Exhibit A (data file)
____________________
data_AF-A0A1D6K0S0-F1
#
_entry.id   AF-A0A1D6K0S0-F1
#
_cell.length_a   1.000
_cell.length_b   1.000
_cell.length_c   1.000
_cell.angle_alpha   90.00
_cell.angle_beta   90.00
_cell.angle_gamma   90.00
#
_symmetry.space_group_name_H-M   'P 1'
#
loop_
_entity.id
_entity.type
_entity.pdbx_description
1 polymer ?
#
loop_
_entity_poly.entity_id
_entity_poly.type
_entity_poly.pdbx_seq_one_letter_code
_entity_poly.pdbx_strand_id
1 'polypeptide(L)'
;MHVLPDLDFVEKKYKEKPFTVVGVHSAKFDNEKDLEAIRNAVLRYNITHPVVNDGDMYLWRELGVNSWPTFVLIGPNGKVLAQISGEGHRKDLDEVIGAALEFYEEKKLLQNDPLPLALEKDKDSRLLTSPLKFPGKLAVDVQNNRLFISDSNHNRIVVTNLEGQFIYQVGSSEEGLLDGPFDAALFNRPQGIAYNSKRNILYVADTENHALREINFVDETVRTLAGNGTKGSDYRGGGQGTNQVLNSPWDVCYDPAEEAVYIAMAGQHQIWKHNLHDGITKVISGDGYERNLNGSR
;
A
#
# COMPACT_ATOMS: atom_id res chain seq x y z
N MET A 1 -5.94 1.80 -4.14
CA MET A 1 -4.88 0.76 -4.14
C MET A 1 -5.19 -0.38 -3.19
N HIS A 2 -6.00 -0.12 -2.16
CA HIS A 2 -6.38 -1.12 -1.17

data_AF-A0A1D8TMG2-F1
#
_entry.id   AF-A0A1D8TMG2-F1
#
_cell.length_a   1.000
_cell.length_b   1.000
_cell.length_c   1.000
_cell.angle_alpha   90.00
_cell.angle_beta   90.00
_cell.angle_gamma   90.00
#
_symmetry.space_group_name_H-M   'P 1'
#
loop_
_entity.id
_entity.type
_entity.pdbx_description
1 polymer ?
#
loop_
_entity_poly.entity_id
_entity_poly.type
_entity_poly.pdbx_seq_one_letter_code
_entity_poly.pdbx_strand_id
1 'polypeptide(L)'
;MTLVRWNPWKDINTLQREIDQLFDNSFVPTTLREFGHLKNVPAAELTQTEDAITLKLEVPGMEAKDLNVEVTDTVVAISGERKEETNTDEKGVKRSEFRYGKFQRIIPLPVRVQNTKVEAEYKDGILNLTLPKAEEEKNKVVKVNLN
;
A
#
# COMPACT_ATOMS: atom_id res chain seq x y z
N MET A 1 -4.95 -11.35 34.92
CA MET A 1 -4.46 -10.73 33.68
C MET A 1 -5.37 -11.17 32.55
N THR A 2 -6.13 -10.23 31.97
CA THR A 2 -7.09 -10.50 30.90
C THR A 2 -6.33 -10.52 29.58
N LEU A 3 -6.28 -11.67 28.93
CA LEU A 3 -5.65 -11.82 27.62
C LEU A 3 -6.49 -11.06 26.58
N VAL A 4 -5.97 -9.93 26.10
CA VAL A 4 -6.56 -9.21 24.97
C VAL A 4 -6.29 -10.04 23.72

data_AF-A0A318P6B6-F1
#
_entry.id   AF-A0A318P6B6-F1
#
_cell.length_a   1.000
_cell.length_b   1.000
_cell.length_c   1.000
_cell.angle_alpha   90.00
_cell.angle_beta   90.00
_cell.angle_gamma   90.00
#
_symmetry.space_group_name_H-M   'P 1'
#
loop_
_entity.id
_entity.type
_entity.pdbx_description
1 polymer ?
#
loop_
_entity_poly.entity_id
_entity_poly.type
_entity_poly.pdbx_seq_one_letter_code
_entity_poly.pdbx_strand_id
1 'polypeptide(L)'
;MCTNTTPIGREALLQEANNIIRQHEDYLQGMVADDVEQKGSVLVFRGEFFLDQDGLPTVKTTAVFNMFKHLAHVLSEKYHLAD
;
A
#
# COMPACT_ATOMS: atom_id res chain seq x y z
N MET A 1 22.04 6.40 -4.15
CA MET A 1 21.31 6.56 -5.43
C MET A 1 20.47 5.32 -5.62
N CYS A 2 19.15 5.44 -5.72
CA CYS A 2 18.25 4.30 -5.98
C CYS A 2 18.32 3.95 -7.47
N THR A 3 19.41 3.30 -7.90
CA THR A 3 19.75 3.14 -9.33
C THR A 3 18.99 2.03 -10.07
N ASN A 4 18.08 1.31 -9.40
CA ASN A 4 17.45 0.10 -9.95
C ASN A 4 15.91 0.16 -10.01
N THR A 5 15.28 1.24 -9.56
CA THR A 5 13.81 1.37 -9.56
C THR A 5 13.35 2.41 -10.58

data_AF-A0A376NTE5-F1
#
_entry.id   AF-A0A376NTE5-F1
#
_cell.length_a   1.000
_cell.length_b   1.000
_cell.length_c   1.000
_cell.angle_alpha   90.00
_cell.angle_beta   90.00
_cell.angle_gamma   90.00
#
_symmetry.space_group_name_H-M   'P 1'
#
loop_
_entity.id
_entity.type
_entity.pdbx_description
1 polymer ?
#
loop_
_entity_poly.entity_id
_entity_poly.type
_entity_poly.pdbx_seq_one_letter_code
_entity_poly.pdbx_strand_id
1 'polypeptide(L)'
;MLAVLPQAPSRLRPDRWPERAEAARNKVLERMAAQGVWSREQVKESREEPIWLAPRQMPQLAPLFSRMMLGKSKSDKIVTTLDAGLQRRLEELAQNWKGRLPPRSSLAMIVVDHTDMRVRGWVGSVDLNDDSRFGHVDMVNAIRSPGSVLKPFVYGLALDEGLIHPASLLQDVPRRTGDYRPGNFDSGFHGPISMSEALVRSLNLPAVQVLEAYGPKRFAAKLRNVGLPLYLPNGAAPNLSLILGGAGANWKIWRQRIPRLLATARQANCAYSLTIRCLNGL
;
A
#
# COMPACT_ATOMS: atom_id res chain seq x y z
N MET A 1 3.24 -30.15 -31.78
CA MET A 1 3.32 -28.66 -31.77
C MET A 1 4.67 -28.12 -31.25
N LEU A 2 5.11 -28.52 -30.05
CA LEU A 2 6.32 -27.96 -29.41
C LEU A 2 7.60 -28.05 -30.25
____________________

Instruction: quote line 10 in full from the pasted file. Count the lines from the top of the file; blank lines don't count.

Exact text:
_cell.angle_gamma   90.00